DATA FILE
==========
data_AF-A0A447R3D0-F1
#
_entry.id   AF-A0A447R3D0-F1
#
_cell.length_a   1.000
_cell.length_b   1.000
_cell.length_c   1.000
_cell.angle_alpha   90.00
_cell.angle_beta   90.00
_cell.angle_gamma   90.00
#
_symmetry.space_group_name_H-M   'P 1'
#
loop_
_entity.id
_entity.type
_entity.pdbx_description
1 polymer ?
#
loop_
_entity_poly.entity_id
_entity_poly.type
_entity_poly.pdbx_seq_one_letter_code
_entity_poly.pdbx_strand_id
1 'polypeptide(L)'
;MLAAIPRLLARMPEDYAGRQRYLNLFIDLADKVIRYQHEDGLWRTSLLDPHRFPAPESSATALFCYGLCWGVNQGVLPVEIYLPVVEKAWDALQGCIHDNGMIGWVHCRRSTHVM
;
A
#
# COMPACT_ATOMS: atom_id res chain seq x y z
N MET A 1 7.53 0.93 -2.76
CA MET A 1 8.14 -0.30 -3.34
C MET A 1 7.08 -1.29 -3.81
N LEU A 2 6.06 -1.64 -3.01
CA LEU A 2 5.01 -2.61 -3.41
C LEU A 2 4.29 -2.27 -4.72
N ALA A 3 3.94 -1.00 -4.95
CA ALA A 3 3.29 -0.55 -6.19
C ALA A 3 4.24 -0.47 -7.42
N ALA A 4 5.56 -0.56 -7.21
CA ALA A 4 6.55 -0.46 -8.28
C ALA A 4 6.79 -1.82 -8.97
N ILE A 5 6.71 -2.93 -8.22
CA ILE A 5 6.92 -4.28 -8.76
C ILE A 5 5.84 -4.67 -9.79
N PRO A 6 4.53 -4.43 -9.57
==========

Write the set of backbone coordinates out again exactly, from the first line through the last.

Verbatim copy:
data_AF-A0A447R3D0-F1
#
_entry.id   AF-A0A447R3D0-F1
#
_cell.length_a   1.000
_cell.length_b   1.000
_cell.length_c   1.000
_cell.angle_alpha   90.00
_cell.angle_beta   90.00
_cell.angle_gamma   90.00
#
_symmetry.space_group_name_H-M   'P 1'
#
loop_
_entity.id
_entity.type
_entity.pdbx_description
1 polymer ?
#
loop_
_entity_poly.entity_id
_entity_poly.type
_entity_poly.pdbx_seq_one_letter_code
_entity_poly.pdbx_strand_id
1 'polypeptide(L)'
;MLAAIPRLLARMPEDYAGRQRYLNLFIDLADKVIRYQHEDGLWRTSLLDPHRFPAPESSATALFCYGLCWGVNQGVLPVEIYLPVVEKAWDALQGCIHDNGMIGWVHCRRSTHVM
;
A
#
# COMPACT_ATOMS: atom_id res chain seq x y z
N MET A 1 7.53 0.93 -2.76
CA MET A 1 8.14 -0.30 -3.34
C MET A 1 7.08 -1.29 -3.81
N LEU A 2 6.06 -1.64 -3.01
CA LEU A 2 5.01 -2.61 -3.41
C LEU A 2 4.29 -2.27 -4.72
N ALA A 3 3.94 -1.00 -4.95
CA ALA A 3 3.29 -0.55 -6.19
C ALA A 3 4.24 -0.47 -7.42
N ALA A 4 5.56 -0.56 -7.21
CA ALA A 4 6.55 -0.46 -8.28
C ALA A 4 6.79 -1.82 -8.97
N ILE A 5 6.71 -2.93 -8.22
CA ILE A 5 6.92 -4.28 -8.76
C ILE A 5 5.84 -4.67 -9.79
N PRO A 6 4.53 -4.43 -9.57